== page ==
“We’ve all been made to believe that it is always in people’s best interest to try to detect health problems as early as possible. Dr. Welch explains, with gripping examples and ample evidence, how those who have been overdiagnosed cannot benefit from treatment; they can only be harmed. I hope this book will trigger a paradigm shift in the medical establishment’s thinking.” —Sidney Wolfe, MD, author of Worst Pills, Best Pills and editor of WorstPills.org
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This book is insightful, although the writing is lackluster. It's very boring. The author uses charts to prove his point, making this more like a text book than pleasurable reading. This book is great for reference but not something you'd read for pleasure. I found the information helpful and kept this book for future reference.
I have worked in the medical field off and on over the years, and even worked on a prostate cancer project, so I already knew a fair bit about the prostate cancer screening/treatment debate. I learned even more from Dr. Welch.
One question that I have had for years, and that has never been answered to my satisfaction is:
If a person is being treated for cancer, and they die from the treatment (on the operating table, from the drugs/radiation, etc.), do they count in the "deaths from cancer" statistic? I personally have known many more people who died from the treatment itself than who died from the cancer, and yet that particular topic does not get addressed. Are death rates from prostate cancer (for instance) holding steady because the treatments don't work, or because men are dying from unnecessary treatment and that offsets the successful treatments? (I did notice that the death rates for prostate cancer went *up* with an increase in detection in the figure on page 56.)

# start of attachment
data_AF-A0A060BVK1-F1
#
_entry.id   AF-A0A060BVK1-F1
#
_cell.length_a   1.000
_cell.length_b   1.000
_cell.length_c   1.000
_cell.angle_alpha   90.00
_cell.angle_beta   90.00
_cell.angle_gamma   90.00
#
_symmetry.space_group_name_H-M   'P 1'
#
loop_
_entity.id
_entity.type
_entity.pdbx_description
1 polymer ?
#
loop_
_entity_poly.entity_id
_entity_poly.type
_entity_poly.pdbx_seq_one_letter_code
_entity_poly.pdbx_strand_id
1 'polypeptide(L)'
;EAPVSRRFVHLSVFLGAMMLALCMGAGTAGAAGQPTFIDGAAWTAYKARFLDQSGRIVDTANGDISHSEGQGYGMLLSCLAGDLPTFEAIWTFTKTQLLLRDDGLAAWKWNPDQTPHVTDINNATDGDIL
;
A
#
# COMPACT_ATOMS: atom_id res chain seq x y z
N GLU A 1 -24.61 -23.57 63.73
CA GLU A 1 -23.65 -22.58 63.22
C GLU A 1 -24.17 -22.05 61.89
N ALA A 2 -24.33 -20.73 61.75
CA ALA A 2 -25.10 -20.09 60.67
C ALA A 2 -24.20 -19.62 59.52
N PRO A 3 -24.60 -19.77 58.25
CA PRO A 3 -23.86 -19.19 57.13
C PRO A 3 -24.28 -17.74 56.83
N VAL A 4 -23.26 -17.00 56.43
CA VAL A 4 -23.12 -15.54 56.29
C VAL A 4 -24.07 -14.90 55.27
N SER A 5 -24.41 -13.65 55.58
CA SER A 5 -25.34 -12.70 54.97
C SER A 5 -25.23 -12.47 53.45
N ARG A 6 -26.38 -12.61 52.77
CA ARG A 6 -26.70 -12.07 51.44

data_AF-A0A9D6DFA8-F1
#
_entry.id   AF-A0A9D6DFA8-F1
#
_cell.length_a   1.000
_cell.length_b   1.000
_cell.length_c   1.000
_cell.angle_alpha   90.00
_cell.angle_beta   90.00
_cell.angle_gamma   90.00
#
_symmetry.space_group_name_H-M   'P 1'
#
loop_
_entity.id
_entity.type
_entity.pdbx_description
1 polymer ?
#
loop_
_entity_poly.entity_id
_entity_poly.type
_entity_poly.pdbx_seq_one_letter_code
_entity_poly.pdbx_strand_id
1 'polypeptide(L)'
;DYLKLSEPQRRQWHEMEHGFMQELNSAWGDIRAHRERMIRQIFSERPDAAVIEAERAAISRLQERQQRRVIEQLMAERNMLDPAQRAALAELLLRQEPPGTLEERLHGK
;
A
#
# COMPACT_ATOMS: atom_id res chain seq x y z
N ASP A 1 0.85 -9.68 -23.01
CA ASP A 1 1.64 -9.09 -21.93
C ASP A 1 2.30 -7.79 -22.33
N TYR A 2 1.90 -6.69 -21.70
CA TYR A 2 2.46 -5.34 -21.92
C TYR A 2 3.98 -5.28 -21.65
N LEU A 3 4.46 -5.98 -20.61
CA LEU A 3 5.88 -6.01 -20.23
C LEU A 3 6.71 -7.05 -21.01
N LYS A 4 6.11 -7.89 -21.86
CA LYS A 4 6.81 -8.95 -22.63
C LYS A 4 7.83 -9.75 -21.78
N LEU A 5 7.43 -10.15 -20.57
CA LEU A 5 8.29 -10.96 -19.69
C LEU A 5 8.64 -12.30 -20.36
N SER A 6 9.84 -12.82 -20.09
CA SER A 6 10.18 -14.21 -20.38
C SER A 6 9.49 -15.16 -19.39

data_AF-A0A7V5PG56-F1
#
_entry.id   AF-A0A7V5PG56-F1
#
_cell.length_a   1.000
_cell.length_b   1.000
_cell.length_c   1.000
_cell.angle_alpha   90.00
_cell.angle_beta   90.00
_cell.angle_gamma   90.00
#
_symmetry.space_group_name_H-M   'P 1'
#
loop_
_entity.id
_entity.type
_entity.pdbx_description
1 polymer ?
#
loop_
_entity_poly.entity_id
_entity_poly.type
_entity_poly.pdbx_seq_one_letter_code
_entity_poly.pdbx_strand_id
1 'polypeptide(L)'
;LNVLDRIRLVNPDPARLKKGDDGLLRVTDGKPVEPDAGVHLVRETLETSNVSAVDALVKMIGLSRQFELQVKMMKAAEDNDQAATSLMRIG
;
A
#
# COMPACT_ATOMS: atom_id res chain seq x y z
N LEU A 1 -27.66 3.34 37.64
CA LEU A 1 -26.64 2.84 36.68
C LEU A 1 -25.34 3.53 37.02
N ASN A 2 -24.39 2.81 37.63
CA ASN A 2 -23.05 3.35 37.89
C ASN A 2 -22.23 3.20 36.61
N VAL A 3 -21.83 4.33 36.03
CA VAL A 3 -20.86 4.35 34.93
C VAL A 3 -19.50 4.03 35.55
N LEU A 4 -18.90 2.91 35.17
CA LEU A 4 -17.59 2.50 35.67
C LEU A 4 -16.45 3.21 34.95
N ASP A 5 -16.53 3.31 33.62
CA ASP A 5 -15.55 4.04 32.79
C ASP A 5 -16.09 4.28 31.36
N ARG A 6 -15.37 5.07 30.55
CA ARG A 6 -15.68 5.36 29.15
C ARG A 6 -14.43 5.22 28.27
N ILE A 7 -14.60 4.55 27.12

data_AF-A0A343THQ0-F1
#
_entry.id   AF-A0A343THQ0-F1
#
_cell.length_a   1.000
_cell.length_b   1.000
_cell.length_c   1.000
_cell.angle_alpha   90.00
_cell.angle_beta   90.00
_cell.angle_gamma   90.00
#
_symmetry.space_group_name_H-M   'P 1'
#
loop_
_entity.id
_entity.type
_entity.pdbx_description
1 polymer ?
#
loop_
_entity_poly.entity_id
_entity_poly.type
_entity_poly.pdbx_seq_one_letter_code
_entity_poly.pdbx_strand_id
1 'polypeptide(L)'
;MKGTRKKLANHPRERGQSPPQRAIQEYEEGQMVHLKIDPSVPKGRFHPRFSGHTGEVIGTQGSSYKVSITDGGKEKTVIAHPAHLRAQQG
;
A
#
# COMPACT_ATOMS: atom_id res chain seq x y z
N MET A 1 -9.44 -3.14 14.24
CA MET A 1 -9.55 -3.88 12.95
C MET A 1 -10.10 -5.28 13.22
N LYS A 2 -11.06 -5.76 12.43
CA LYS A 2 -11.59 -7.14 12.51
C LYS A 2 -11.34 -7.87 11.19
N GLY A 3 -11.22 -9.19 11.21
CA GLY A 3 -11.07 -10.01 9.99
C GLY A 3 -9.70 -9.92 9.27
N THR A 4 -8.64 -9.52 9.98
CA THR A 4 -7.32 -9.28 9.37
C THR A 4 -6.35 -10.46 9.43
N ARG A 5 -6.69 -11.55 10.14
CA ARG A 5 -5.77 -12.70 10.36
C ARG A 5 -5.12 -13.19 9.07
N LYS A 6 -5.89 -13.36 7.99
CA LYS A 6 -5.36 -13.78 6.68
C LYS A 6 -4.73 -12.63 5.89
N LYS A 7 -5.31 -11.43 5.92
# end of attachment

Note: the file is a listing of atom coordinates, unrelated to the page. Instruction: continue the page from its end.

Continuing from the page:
Statistics are smoky, and it really helps to know more about the study design. Dr. Welch does a very good job of describing the various studies, and their flaws and strengths. I'm sure it is a huge hot potato to discuss death rates from treatment, but I would be very interested in seeing those numbers broken out.
What I wish was in this book, what I found missing, was Dr. Welch's guidelines for finding a doctor who will treat me like a human being, not a product to be milked for profit in a clinical factory. How can we find caring practitioners? Dr. Welch, please write another book on this very important subject.
I would highly, highly recommend that every person without a caring physician read this book. Thank you, Dr. Welch, for writing it. And I should add that Dr. Welch is not a "holistic" healer, but a practicing MD who teaches at Dartmouth Medical College. But I am so disenchanted by and even afraid of current doctors that I might seek out just such a "holistic" healer, one who actually practices that old first rule of medicine: do no harm. Better that than paying a small fortune to have a traditional doctor make you sick.
I am very stubborn and protective about my health and recently challenged a doctor's recommendation for surgery, opting instead for additional physical therapy for my injury. Although PT initially took more time, I recovered completely and in better shape than before the injury. (Plantar fasciitis, sprained knee, tendons & ligament strains, etc). I declined the narcotic pain medication (Norco) and when I was achy, I took Advil or Tylenol.
I have recommended this book to others and bought one for my husband. Honest, sometime brutal but telling. Excellent.